June 15, 2010 – The latest financial results of the US government show that it continues to spend and borrow recklessly. As a consequence, there has been no improvement in the hyperinflationary outlook for the US dollar.
Hyperinflation results when a country’s central bank turns government debt into more currency than is demanded in economic activity. It is unfortunately impossible to measure precisely the demand for currency. Nevertheless, the rate at which the government is borrowing can be used as a general guideline to determine if too much currency is being created.
If government borrowing causes the debt to accumulate at rates of increase greater than the historical trend, clearly too much new debt is being added, which forces the central bank to ‘print’, i.e., turn that debt into currency. I have discussed this phenomenon before. “The [Federal Reserve] has one mission. It is to make sure that the federal government obtains all the dollars it wants to spend. If the federal government cannot attract these dollars from the world’s savings pool, then there is only one other way to obtain them. The Fed must print them.”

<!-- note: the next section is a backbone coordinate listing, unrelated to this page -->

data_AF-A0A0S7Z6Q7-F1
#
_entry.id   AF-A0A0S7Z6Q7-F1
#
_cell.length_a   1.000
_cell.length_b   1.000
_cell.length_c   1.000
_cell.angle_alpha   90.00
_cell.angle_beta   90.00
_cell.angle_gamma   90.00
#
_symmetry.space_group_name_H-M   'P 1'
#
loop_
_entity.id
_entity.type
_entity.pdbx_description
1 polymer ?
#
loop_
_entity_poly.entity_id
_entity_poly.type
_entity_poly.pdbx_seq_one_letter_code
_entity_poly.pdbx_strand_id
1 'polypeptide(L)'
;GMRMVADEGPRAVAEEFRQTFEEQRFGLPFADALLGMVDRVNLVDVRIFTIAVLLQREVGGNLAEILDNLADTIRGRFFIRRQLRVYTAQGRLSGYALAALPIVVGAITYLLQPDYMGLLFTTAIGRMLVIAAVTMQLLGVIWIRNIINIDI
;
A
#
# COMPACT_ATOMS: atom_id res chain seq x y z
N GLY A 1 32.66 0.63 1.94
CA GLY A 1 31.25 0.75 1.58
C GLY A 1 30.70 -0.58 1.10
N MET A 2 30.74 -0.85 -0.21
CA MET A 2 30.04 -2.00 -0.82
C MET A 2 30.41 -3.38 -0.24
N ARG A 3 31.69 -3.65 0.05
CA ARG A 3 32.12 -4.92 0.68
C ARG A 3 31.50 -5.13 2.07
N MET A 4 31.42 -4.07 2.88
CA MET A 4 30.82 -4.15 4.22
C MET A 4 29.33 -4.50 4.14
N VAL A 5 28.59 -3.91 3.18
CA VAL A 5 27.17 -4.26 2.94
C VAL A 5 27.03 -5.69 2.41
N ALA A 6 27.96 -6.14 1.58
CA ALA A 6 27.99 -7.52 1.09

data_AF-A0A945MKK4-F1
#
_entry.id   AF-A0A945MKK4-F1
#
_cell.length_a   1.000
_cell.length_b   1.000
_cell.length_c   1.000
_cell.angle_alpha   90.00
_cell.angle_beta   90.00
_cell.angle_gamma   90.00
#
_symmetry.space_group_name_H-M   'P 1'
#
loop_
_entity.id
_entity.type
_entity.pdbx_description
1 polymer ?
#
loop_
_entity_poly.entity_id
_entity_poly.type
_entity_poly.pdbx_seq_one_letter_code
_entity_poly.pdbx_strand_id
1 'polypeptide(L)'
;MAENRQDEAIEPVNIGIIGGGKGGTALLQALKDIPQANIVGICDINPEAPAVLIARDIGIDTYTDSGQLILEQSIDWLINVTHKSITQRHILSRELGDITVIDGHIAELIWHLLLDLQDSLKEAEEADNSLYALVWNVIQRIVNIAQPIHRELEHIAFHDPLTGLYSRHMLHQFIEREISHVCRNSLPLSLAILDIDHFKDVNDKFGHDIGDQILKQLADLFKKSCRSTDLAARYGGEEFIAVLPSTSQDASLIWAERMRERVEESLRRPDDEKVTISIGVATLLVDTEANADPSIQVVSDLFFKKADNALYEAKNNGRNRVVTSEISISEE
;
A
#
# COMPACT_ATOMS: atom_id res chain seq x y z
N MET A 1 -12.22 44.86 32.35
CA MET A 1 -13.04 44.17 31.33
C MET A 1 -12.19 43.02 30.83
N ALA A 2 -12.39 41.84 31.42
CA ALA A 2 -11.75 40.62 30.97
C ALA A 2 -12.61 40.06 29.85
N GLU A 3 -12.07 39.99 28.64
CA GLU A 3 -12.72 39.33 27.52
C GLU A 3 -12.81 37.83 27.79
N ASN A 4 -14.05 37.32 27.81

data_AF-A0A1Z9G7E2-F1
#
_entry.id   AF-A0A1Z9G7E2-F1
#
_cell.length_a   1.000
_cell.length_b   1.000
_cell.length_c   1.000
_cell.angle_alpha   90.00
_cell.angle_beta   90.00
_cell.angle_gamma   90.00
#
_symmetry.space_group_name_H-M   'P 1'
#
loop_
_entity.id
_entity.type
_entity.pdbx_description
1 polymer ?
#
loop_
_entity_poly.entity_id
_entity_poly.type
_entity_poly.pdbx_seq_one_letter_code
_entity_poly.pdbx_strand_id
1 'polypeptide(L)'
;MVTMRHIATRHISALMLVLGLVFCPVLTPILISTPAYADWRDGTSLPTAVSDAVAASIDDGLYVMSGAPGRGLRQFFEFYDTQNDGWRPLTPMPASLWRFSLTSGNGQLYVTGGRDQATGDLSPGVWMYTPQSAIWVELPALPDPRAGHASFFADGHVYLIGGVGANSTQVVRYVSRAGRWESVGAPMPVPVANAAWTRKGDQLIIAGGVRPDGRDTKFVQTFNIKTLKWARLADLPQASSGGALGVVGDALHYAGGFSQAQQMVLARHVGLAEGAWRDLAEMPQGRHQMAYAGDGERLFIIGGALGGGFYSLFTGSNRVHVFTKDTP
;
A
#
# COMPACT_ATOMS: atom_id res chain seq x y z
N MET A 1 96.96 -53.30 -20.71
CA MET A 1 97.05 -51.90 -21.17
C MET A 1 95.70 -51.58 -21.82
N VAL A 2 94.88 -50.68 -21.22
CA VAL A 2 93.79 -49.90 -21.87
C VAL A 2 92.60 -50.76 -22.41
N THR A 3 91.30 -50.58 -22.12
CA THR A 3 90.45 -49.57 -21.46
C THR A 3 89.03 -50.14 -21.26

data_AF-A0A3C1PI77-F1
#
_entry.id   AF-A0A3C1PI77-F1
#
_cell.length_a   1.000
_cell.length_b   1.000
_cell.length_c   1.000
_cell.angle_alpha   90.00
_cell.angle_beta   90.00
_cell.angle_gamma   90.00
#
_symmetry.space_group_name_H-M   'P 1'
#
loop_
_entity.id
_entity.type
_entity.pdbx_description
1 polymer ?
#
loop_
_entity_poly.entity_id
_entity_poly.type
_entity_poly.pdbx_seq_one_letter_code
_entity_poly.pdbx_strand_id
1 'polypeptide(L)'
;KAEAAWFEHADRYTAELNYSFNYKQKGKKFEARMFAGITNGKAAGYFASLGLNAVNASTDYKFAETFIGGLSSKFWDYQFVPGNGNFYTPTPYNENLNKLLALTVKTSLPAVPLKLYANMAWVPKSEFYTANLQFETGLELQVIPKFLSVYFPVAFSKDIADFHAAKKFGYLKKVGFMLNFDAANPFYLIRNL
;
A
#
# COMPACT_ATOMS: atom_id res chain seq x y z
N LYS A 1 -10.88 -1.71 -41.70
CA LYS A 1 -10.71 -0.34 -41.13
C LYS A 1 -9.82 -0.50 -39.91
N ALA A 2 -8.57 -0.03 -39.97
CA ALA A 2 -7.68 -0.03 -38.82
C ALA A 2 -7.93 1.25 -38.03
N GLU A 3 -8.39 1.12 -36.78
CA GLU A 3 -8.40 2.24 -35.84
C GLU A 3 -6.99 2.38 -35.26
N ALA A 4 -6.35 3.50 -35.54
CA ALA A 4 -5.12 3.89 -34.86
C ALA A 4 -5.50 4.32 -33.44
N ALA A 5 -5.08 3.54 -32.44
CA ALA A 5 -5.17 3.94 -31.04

The following chart illustrates the worsening problem.
Federal revenue remains stagnant, indicating that the economic recovery is weak at best. At the same time, federal spending is not contracting. Therefore, the gap between income and outlays remains near record levels. New debt continues to be piled upon existing debt.
The once-almighty US dollar – that only a few decades ago was considered to be ‘as good as gold’ – continues down the road toward hyperinflation. All that is needed to ignite the hyperinflationary bonfire is a small spark.